Something else to keep in mind is cooking technique. Overcrowding the small slide-out basket can cause your food to cook unevenly, resulting in some spots that are crunchy and some that are soggy.
Are Air-Fried Foods Healthy?
The main reason people purchase air fryers is because they are touted as a healthier alternative to traditional cooking methods. But, do air fryers really live up to those claims? Yes and no. Let us explain. According to Women’s Health magazine, air-frying isn’t much healthier than other non-frying cooking methods. “It makes things like chicken fingers and mozzarella sticks a little better for you, but they are still breaded, making them less healthy than eating grilled chicken or good old fashioned cheese,” Natalie Rizzo, RD, told the magazine. Not only that, but because these foods are slightly healthier, you run the risk of overindulging in foods that aren’t that nutritious, like French fries, for example. That being said, Rizzo recommends not going overboard on the air frying and limiting it to once a week.
Here’s something else you may not have known: air-frying produces high temperatures at a very rapid rate, making it very easy to burn your food. And, burned food may be carcinogenic.
And, here’s another thing: in one study, air frying fish raised the amount of cholesterol oxidation products (COPs). COPs form when the cholesterol in meat or fish breaks down during cooking. COPs are linked to coronary heart disease, hardening of the arteries, cancer, and other diseases. Air frying also curbs omega-3 fatty acids in fish, the good fats that help lower blood pressure and raise “good” HDL cholesterol levels.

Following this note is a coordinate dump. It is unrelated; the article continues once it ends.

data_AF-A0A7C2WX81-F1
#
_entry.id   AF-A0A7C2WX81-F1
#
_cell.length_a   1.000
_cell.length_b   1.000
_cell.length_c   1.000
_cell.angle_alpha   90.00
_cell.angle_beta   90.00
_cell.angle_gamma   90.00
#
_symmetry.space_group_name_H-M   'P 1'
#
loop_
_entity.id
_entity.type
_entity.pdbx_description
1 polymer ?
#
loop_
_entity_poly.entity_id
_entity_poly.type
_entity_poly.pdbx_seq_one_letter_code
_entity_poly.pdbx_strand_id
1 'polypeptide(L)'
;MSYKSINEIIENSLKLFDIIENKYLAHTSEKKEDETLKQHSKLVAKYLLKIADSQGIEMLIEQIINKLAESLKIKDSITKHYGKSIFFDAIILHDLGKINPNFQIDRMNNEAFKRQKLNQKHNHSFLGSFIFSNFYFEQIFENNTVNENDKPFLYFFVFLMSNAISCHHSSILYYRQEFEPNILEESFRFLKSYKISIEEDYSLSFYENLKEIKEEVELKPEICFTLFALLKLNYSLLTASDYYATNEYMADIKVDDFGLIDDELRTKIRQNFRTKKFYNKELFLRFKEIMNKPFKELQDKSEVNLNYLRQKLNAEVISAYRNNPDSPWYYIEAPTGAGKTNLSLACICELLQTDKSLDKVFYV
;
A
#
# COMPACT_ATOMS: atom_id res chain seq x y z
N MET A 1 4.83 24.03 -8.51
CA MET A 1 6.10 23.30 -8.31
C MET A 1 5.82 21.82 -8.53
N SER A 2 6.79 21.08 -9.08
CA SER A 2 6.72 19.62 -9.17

Okay, so now that we got through the downside of air fryers, let’s address the upside. Dietitian Ariana Cucuzza, RD, told Cleveland Clinic that most people reduce their calorie intake by 70 to 80 percent, on average, when using air fryers. Not only that, but preparing vegetables in an air fryer is a good way to get finicky kids to eat them.
Air fryers also reduce the formation of harmful compounds that form from deep frying, one of the most well-known harmful chemicals being acrylamide. According to the FDA, acrylamide has caused cancer in animals, and acrylamide accumulates more when cooking is done for longer periods or at higher temperatures. As a result, they recommend cooking foods like French fries and toast to a golden brown color rather than a dark brown color, as dark brown areas tend to contain more acrylamide.
Here’s another plus: air fryers can aid in weight loss. To achieve this, DrAxe.com recommends using air fryers to more quickly bake or roast healthy foods. “If you’re trying to lose weight and are challenged by the time aspect of cooking healthy meals for yourself, an air fryer can help you to make recipes like roasted veggies more easily and on a more regular basis,” the website said.
So, as you can see, air fryers can be healthy — they’re just not as healthy as most people make them out to be.
What are your thoughts on air fryers? Drop us a comment below.